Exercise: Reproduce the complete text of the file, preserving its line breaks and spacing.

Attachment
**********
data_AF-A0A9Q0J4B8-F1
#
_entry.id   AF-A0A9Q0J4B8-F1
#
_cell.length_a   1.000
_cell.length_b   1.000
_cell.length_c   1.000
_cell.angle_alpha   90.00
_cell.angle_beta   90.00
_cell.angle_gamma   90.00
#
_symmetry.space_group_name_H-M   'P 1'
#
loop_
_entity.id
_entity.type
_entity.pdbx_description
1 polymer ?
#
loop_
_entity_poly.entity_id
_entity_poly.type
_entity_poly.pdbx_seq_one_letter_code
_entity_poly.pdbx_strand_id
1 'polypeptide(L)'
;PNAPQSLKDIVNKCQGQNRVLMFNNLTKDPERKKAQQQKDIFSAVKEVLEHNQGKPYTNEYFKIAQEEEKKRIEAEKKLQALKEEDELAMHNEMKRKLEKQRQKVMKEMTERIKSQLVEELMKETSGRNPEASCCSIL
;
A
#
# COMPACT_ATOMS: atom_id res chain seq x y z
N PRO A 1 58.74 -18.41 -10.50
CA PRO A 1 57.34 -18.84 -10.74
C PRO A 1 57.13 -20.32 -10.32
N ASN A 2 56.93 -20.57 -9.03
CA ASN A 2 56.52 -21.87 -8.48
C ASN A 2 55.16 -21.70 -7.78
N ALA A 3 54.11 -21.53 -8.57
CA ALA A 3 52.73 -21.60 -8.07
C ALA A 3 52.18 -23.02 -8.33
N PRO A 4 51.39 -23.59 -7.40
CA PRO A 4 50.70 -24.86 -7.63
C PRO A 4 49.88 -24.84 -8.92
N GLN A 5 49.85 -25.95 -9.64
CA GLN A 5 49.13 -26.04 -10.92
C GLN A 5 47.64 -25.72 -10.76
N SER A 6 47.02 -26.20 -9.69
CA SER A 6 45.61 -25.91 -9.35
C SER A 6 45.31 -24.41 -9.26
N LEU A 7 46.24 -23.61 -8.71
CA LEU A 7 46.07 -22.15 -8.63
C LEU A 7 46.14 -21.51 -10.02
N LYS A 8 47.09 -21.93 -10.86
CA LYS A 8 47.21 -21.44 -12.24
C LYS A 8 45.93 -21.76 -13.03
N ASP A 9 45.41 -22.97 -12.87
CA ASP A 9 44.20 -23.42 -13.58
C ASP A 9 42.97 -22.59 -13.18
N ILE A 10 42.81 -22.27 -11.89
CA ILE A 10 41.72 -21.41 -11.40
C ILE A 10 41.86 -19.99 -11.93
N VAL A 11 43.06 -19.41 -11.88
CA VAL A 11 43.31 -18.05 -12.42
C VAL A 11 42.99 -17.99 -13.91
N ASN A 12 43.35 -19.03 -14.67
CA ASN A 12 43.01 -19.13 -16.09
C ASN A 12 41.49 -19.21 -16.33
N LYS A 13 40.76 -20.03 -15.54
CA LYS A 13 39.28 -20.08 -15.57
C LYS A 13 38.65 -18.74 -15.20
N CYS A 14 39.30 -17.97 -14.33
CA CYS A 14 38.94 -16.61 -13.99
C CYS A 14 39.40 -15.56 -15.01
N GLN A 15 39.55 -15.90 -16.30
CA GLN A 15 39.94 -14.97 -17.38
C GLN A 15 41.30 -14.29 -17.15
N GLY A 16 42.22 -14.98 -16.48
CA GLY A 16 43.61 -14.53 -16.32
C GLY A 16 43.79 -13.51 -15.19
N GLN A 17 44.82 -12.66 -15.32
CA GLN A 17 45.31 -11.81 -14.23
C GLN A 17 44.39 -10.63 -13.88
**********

data_AF-A0A9Q0J4B8-F1
#
_entry.id   AF-A0A9Q0J4B8-F1
#
_cell.length_a   1.000
_cell.length_b   1.000
_cell.length_c   1.000
_cell.angle_alpha   90.00
_cell.angle_beta   90.00
_cell.angle_gamma   90.00
#
_symmetry.space_group_name_H-M   'P 1'
#
loop_
_entity.id
_entity.type
_entity.pdbx_description
1 polymer ?
#
loop_
_entity_poly.entity_id
_entity_poly.type
_entity_poly.pdbx_seq_one_letter_code
_entity_poly.pdbx_strand_id
1 'polypeptide(L)'
;PNAPQSLKDIVNKCQGQNRVLMFNNLTKDPERKKAQQQKDIFSAVKEVLEHNQGKPYTNEYFKIAQEEEKKRIEAEKKLQALKEEDELAMHNEMKRKLEKQRQKVMKEMTERIKSQLVEELMKETSGRNPEASCCSIL
;
A
#
# COMPACT_ATOMS: atom_id res chain seq x y z
N PRO A 1 58.74 -18.41 -10.50
CA PRO A 1 57.34 -18.84 -10.74
C PRO A 1 57.13 -20.32 -10.32
N ASN A 2 56.93 -20.57 -9.03
CA ASN A 2 56.52 -21.87 -8.48
C ASN A 2 55.16 -21.70 -7.78
N ALA A 3 54.11 -21.53 -8.57
CA ALA A 3 52.73 -21.60 -8.07
C ALA A 3 52.18 -23.02 -8.33
N PRO A 4 51.39 -23.59 -7.40
CA PRO A 4 50.70 -24.86 -7.63
C PRO A 4 49.88 -24.84 -8.92
N GLN A 5 49.85 -25.95 -9.64
CA GLN A 5 49.13 -26.04 -10.92
C GLN A 5 47.64 -25.72 -10.76
N SER A 6 47.02 -26.20 -9.69
CA SER A 6 45.61 -25.91 -9.35
C SER A 6 45.31 -24.41 -9.26
N LEU A 7 46.24 -23.61 -8.71
CA LEU A 7 46.07 -22.15 -8.63
C LEU A 7 46.14 -21.51 -10.02
N LYS A 8 47.09 -21.93 -10.86
CA LYS A 8 47.21 -21.44 -12.24
C LYS A 8 45.93 -21.76 -13.03
N ASP A 9 45.41 -22.97 -12.87
CA ASP A 9 44.20 -23.42 -13.58
C ASP A 9 42.97 -22.59 -13.18
N ILE A 10 42.81 -22.27 -11.89
CA ILE A 10 41.72 -21.41 -11.40
C ILE A 10 41.86 -19.99 -11.93
N VAL A 11 43.06 -19.41 -11.88
CA VAL A 11 43.31 -18.05 -12.42
C VAL A 11 42.99 -17.99 -13.91
N ASN A 12 43.35 -19.03 -14.67
CA ASN A 12 43.01 -19.13 -16.09
C ASN A 12 41.49 -19.21 -16.33
N LYS A 13 40.76 -20.03 -15.54
CA LYS A 13 39.28 -20.08 -15.57
C LYS A 13 38.65 -18.74 -15.20
N CYS A 14 39.30 -17.97 -14.33
CA CYS A 14 38.94 -16.61 -13.99
C CYS A 14 39.40 -15.56 -15.01
N GLN A 15 39.55 -15.90 -16.30
CA GLN A 15 39.94 -14.97 -17.38
C GLN A 15 41.30 -14.29 -17.15
N GLY A 16 42.22 -14.98 -16.48
CA GLY A 16 43.61 -14.53 -16.32
C GLY A 16 43.79 -13.51 -15.19
N GLN A 17 44.82 -12.66 -15.32
CA GLN A 17 45.31 -11.81 -14.23
C GLN A 17 44.39 -10.63 -13.88